Which of course, brings me to how our societies are organized economically and politically. The why question comes from way back when someone agreed with someone else that food was worth money, before it was all barter, manual work force exchange or simple sharing. Of course food being worth something is also tied to the fact that when private property started to exist, people expected you to do something in return in order to have the privilege of eating whatever food was growing on their land. So now we have two things, private property and an economic system based on money as a just exchange for food or other items.

As long, as humans think it’s normal to own land, pay for food (and clean water) and create laws to protect this train of thought, we will continue living in societies that value money over life or one persons well being or many people’s well being. This is why I think your question is very important. If poeple don’t question not only the moral values surrounding the “price” for the privilege to eat or drink but also the basis of the logic that determines such a price (ex.: I own, you pay or starve) then we just keep repeating a destructive pattern that does NOT end with a better organized, healthier society or ecologically sound world.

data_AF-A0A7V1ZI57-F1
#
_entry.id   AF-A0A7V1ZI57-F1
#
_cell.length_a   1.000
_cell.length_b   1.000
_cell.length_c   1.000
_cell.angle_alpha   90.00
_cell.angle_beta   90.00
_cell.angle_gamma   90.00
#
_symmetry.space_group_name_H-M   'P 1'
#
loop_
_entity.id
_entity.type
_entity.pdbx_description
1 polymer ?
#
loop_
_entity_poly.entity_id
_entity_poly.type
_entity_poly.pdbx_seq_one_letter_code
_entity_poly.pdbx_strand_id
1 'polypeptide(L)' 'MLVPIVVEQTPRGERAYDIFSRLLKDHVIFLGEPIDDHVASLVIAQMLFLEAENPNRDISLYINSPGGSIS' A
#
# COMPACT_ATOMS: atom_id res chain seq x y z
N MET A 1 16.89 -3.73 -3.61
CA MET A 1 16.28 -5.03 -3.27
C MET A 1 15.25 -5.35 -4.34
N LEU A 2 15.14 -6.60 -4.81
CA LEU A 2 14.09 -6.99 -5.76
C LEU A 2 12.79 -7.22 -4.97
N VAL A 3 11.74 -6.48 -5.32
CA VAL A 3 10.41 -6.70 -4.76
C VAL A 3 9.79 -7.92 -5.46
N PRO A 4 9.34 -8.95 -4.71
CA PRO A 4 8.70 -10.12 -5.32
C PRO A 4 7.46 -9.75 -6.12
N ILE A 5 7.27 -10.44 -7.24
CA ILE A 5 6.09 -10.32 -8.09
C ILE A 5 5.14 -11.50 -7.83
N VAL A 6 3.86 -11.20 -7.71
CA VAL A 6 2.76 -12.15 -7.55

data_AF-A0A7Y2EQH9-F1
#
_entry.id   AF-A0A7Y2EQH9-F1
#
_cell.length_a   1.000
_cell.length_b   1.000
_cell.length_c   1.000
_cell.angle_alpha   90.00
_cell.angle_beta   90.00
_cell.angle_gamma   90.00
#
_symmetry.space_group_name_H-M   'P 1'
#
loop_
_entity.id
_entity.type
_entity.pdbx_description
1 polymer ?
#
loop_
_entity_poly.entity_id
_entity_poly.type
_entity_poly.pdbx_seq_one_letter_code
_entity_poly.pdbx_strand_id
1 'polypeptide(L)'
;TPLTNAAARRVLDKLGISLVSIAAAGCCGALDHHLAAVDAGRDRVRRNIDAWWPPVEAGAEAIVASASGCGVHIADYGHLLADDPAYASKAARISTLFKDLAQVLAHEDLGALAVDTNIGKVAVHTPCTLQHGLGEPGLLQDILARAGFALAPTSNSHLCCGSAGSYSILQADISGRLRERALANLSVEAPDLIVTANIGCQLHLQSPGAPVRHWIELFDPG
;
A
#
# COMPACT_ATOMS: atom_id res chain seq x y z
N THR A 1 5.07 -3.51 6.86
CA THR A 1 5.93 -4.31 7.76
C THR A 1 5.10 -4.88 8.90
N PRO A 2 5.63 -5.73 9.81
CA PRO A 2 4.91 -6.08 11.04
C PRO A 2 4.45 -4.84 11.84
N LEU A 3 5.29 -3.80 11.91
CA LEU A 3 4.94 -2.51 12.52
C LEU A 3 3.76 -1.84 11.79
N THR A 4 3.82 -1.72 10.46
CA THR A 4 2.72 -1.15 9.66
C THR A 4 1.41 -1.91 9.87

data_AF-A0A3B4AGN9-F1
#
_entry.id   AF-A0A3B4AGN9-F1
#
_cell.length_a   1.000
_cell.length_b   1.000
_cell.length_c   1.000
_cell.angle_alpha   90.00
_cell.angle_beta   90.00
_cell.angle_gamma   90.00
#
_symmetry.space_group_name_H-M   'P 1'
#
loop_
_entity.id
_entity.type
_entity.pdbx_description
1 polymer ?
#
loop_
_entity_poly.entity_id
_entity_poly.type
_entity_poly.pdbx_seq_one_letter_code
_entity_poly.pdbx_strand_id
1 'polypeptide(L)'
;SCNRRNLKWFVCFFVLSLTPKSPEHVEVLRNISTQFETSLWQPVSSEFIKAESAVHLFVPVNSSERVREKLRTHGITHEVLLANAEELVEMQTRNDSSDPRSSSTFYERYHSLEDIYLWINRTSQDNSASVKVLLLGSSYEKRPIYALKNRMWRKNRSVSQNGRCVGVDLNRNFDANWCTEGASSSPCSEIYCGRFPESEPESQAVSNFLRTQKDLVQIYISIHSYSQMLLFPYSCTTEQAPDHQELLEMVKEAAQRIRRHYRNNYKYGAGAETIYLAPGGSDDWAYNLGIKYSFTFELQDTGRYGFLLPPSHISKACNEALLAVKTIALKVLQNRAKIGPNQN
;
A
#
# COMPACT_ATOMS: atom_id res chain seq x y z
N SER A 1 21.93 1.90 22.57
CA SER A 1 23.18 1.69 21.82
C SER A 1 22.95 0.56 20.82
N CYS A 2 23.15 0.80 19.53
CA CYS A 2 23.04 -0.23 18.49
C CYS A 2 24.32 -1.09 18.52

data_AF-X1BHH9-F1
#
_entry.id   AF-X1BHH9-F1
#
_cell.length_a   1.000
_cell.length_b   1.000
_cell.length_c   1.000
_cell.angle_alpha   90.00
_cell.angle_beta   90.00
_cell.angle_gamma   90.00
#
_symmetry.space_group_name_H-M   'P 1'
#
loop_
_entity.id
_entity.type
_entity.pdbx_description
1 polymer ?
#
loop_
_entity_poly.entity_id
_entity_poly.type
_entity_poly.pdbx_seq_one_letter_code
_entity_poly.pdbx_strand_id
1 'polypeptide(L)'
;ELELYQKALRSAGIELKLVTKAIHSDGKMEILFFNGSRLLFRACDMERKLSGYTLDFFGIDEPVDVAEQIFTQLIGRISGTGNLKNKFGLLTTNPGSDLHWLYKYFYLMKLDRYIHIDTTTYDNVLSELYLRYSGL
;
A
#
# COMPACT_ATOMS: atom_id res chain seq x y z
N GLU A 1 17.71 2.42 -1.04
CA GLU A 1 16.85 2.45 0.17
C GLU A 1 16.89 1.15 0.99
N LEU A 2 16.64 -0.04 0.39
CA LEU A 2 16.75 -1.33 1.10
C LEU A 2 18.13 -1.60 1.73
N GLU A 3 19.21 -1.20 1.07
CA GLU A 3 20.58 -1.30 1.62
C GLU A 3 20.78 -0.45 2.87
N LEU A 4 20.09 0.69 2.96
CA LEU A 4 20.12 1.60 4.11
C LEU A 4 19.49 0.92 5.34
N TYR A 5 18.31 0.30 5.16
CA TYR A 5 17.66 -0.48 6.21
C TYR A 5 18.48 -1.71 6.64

So what’s the solution? Well that is for us as a species to figure out. Many poeple have already proposed and work every day on different types of economic systems, or different models of more harmonious with nature agriculture as well as many other options and alternatives to work towards better equality in distribution of food. In the end, it’s up to us, as an individual, then as a community :-)

Answer #4

mmm maybe..because.. the poeple who got the food for you had hard time to get it for you when all you have 2 do is go 2 the grocery store =D.. and if you go fishing …try the hard work …and if you get a fish..and sell it off ..how much would you put the price ? :) others put really hard work.. to plant food…and get the good ones everyday for us:p etc :p heheeh